Originally Posted by Kevin EK 

I honestly wasn't aware of those details about Return of the Living Dead.  I understood the situation to be that O'Bannon specifically made the movie as out-and-out comic as possible, so as to differentiate the movie from Romero's work.  The feud at the time as I understood it was between Romero and his former partner, and I had thought that when Romero saw the movie, he liked it.  I'm certainly no expert on this, but I don't recall Romero calling O'Bannon out at the time or since.


But you're correct - I doubt that any of us has infallible credibility on these things.  O'Bannon himself admitted that when he saw ALIEN he was quite pleased, in spite of everything else that had happened.  And he admitted that he really did want to see the movie at its premiere, in spite of all the curmudgeonly things he was saying at the time...


Romero sued them over that movie.  There was definitley conflict.  And O'Bannon was definitely completely complicit in that with his utterly ridiculous screenplay.  This would be like if some guy other than Francis Ford Coppola or Mario Puzzo made a movied named "Return of the Godfather" to be released at the same time as Godfather II to compete with it with an opening that has a character saying, "You know that movie, the Godfather?  Well, it was fake.  They wouldn't let those guys tell the true story.  Here's what really happened."  It was pretty much a slap in the face I think.



#25 of 27 robbbb1138

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Posted December 02 2010 - 05:45 AM

O'Bannon's a lot like Joss Whedon in interviews about projects where he was only the writer.  Some people just aren't cut out to handle the reality of life as a screenwriter where it only truly belongs to you until the point where you hand in the script.  That's not necessarily an insult, as I think it's a tough pill to swallow until you've been doing it for awhile, unless you're one of those writers where you try to do a lot of things by-the-numbers and never allow passion to enter the picture (which shows in the work, unless the film's handed off to a great director or cast).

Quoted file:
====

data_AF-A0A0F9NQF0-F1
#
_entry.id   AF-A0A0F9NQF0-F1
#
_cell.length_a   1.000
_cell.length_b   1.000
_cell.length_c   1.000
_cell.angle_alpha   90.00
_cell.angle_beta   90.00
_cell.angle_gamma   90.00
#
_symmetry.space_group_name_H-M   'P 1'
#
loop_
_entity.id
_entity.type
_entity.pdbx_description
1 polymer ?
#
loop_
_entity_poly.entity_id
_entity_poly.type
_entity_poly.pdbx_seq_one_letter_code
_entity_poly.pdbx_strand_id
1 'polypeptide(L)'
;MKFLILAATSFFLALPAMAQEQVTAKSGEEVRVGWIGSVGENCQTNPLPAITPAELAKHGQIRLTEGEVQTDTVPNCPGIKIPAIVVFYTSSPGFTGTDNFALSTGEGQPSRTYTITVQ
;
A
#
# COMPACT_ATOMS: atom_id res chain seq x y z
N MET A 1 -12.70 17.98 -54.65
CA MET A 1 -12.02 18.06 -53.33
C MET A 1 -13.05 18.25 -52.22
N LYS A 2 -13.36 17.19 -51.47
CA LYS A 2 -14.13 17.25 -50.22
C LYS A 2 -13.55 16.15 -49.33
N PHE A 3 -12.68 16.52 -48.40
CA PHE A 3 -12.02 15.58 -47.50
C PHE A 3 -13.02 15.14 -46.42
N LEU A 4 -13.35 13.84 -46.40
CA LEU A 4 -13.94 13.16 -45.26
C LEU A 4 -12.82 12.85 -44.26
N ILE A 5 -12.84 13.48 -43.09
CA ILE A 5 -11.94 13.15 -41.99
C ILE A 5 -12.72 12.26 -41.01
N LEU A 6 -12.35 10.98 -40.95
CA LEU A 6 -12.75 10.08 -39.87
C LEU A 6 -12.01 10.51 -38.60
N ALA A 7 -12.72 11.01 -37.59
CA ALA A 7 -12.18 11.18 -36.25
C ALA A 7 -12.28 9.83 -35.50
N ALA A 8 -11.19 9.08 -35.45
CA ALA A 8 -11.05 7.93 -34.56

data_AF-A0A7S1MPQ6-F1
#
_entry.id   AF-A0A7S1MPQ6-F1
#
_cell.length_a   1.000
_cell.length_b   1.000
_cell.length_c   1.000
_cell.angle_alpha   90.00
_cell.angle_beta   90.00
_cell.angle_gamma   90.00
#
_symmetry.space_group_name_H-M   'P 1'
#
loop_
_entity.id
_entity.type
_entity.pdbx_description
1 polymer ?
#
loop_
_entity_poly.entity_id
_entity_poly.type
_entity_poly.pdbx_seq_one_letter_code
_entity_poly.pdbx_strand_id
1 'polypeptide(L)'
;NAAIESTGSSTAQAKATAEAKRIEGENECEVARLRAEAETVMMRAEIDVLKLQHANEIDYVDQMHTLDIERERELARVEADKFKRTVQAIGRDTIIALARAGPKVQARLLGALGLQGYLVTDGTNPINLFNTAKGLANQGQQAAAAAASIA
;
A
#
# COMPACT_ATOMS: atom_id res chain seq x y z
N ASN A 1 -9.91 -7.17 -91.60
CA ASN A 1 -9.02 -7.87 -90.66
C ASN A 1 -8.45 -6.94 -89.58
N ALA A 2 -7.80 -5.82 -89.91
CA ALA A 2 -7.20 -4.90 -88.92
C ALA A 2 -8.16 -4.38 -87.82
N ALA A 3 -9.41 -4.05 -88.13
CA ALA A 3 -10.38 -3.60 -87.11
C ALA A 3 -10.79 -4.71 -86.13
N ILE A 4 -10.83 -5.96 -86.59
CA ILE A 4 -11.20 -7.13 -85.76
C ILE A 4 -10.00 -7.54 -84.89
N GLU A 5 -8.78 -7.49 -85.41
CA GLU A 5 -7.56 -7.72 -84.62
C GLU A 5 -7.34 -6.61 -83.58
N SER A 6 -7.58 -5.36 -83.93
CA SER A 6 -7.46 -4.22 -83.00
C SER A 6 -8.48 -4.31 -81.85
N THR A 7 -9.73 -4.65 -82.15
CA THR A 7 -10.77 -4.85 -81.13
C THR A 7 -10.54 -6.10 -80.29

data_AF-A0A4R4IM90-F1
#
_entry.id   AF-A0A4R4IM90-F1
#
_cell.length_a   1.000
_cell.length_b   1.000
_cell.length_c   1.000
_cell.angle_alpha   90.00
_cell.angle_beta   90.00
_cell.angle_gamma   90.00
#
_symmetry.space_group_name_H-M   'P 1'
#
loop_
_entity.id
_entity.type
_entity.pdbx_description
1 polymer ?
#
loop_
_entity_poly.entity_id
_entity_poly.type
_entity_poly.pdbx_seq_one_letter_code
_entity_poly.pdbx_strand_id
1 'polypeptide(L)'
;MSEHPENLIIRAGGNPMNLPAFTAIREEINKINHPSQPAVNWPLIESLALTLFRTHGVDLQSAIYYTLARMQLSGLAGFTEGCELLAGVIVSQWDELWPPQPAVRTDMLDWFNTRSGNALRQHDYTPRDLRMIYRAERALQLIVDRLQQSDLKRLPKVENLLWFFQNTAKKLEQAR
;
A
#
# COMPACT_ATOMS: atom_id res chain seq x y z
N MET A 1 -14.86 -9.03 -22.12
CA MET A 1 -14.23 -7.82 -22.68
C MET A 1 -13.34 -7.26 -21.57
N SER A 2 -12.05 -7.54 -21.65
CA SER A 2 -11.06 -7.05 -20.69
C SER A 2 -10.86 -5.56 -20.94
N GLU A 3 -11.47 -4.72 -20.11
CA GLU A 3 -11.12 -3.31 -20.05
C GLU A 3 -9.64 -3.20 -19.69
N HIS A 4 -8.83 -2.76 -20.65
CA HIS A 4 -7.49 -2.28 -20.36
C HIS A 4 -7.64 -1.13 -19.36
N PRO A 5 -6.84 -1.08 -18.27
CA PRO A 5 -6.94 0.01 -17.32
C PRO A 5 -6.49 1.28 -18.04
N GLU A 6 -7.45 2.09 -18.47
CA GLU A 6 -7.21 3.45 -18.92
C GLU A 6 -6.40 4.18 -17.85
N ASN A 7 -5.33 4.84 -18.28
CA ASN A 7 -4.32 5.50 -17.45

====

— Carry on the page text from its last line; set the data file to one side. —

#26 of 27 Kevin EK

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Posted December 02 2010 - 03:55 PM

I'm probably very misinformed, but I honestly have never read or heard anything about George Romero suing the filmmakers of "The Return of the Living Dead".  I had always thought that O'Bannon wrote the film as an out-and-out comedy, including those opening lines, which I don't think were meant in a malicious fashion.  The movie on the whole is gleefully brutal and it doesn't look like they spared anyone.

I see where you're coming from, though, and since I have seen very, very few movies of this genre, and only a couple of George Romero's films at all, I confess that I know very, very little about this area of discussion.


#27 of 27 J-Syxx

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Posted December 03 2010 - 06:51 AM

From Wikipedia:


[quote]

Return of the Living Dead sparked a legal battle with Romero, who believed Russo marketed his film in direct competition with Day of the Dead as a sequel to the original film. In the case Dawn Associates v. Links, Romero accused Russo of "appropriat[ing] part of the title of the prior work", plagiarizing Dawn of the Dead's advertising slogan ("When there is no more room in hell [...] the dead will walk the earth"), and copying stills from the original 1968 film. Romero was ultimately granted a restraining order that forced Russo to cease his advertising campaign. Russo, however, was allowed to retain his title. 

[/quote]


So yeah, I never heard this story of Romero watching the film and being cool with it.  I also think the lawsuit was probalby justified.  Return of the Living Dead definitely blends the line between parody and "derivative work," although a lot of lawsuit was about the movie blatantly ripping off Romero's advertising campaigns.  Romero is obviously a guy who hasn't always reaped the financial benefits he was probalby owed from his own brain children.  O'Bannon definitely comes across as opportunistic here.  In the very least, his involvement is completely morally ambiguous and he must have known that.  This isn't like a big studio movie owned by the studio that got a sequel green lit.  Night of the Living Dead was a pretty independent work that Romero was almost completely responsible for.  To me it would be similar to work being produced off of someone's novel or something.